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Two years have passed since Cyprus became the subject of an unprecedented measure by European authorities when two of its national banks, Laiki Bank (The Cyprus Popular Bank), and Bank of Cyprus became insolvent.
In March 2013, the two institutions became insolvent and, like many banks in Europe over recent years, were in need of a bailout, however instead of the European central government providing the money, nationalizing the banks then carrying on business as normal as occurred in London in 2008 and 2009, the banks closed their doors, froze all withdrawals as a bank run amassed, and then subjected depositors to a ‘haircut’ of up to 60% on all deposits in exchange for shares in the banks.
This measure, which was termed a ‘bail-in’, created speculation that it may dramatically affect the Cyprus FX industry, however it did not. A calm and even keel was maintained on the island as it remained an attractive jurisdiction in which to establish business, and the past two years have gone by quietly indeed.
Next week, the final end to the situation will take place, when the Cyprus government will remove the last of the capital controls that were imposed two years ago as part of a 10-billion euro European bailout.
Greece had been the first nation in the bloc which became the subject of a European bailout in 2010, followed by several Western European nations, therefore when two of the Cyprus’ major banks hit the buffers just three years later, a measure to make depositors partially accountable was adopted.
In a report by Bloomberg, it was stated that the last restrictions on international transfers will be lifted on April 6, almost a year after domestic capital controls ended in May 2014.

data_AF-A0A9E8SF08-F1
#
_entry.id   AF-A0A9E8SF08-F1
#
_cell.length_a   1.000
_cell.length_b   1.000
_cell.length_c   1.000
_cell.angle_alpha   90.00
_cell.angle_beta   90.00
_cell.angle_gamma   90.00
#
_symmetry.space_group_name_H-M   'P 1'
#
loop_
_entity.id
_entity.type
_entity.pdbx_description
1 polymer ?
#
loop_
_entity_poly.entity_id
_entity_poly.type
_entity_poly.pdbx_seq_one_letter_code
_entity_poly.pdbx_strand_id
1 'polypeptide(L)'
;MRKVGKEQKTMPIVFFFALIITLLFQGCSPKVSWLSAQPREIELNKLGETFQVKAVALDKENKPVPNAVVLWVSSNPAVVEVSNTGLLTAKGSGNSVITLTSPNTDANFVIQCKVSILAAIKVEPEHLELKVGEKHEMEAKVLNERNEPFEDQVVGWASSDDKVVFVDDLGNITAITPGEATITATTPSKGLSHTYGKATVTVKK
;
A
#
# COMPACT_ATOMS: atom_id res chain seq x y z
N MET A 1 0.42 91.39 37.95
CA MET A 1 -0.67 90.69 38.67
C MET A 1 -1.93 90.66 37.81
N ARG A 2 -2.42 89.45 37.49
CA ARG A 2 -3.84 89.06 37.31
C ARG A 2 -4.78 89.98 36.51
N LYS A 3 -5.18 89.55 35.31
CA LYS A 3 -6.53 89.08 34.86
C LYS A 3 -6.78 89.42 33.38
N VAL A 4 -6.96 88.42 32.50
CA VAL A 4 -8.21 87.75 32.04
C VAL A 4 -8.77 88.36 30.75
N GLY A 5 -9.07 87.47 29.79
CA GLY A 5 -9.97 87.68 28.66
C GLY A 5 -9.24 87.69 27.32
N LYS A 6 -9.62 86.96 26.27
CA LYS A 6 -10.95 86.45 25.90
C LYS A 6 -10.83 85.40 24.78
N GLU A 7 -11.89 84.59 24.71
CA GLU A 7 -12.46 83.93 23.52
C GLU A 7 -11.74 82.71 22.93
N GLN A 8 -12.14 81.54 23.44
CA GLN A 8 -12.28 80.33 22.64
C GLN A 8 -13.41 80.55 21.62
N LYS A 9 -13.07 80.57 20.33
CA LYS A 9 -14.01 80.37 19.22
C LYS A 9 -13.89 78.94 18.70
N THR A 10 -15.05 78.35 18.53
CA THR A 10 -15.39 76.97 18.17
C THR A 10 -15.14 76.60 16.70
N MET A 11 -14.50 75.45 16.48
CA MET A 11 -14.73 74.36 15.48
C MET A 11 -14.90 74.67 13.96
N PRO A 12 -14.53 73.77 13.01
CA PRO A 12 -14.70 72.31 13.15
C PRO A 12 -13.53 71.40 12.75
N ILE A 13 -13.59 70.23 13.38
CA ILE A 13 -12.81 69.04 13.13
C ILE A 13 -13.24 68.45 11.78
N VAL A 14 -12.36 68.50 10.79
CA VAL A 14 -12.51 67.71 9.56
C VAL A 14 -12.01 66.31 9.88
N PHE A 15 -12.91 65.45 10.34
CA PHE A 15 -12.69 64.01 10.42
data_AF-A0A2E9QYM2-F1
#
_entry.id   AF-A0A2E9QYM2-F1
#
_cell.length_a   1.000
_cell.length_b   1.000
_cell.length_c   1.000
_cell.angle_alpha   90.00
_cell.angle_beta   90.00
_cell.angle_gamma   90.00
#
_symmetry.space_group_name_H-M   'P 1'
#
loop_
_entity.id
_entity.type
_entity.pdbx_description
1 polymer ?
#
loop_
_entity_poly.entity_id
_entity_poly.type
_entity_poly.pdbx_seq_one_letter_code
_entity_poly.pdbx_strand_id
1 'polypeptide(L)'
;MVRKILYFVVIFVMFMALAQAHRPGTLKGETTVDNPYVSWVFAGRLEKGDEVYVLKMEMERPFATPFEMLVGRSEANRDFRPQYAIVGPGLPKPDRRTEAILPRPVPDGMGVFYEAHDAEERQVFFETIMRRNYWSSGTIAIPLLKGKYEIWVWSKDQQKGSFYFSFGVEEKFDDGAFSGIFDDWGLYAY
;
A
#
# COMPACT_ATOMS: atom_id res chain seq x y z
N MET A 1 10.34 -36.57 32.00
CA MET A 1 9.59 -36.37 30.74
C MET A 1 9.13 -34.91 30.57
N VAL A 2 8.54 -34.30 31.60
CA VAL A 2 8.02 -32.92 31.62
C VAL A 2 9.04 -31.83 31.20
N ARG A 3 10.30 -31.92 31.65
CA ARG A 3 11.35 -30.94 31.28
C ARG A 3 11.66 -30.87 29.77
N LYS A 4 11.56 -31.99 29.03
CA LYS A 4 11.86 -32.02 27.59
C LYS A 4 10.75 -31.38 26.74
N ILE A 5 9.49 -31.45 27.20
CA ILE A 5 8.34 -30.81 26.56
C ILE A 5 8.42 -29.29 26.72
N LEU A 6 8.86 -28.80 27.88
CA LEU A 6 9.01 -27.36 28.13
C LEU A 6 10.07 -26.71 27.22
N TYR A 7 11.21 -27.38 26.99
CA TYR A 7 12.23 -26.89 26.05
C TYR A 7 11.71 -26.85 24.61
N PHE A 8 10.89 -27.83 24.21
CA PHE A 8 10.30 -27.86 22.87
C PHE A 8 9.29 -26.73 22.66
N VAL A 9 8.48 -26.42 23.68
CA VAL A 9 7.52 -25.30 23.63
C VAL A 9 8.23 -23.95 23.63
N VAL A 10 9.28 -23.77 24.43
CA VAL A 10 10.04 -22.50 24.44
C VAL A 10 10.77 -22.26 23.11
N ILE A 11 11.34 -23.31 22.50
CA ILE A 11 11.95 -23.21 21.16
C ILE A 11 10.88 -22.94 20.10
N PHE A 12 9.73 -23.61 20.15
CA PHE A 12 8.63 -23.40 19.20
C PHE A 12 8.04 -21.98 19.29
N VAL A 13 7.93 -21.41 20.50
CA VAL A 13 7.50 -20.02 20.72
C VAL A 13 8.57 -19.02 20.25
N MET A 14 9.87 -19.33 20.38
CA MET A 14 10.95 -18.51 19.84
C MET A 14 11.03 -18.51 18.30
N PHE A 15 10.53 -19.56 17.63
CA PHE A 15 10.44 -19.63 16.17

“The lifting of the restrictions confirms the full restoration of confidence in the banking system, the significantly improved business climate and essentially marks the return of the economy to normal conditions” explained Cyprus government spokesman Nikos Christodoulides in a statement to Bloomberg.
The end of the last capital transfer restrictions is the result “of all our hard work and consistency in the implementation of the obligations we undertook,” Cyprus President Nicos Anastasiades said in Nicosia yesterday.
Deposits have shrunk since the crisis, standing at 46.5 billion euros at the end of February compared with 67.5 billion euros in the same month of 2013, and Standard & Poor’s says lifting the controls may put the stability of deposit levels at risk.
“We see uncertainty regarding the impact of the elimination of the remaining controls on international transactions on the stability of private-sector deposits,” S&P analysts led by Marko Mrsnik said on March 27.
A somewhat remarkable absence of consequences is apparent, as although the 2013 crisis severely hurt and changed the Cyprus banking sector, the very large Forex industry based on the island fared much better, with not one client of any Forex broker affected by the bank haircut and subsequent EU bailout.
This can largely be attributed to the corporate structure which many FX brokerages in Cyprus operate under, in which many maintain their operating capital outside of Cyprus and are part of larger entities based abroad, and any client deposits which may be kept in Cypriot banks are exempt from any haircut, as they are not direct customer deposits into retail bank accounts, but instead held in custodial accounts on behalf of the brokerage, therefore a bank cannot take funds from such accounts as the deposit contract is between the broker and client, rather than directly between the bank and a retail depositor.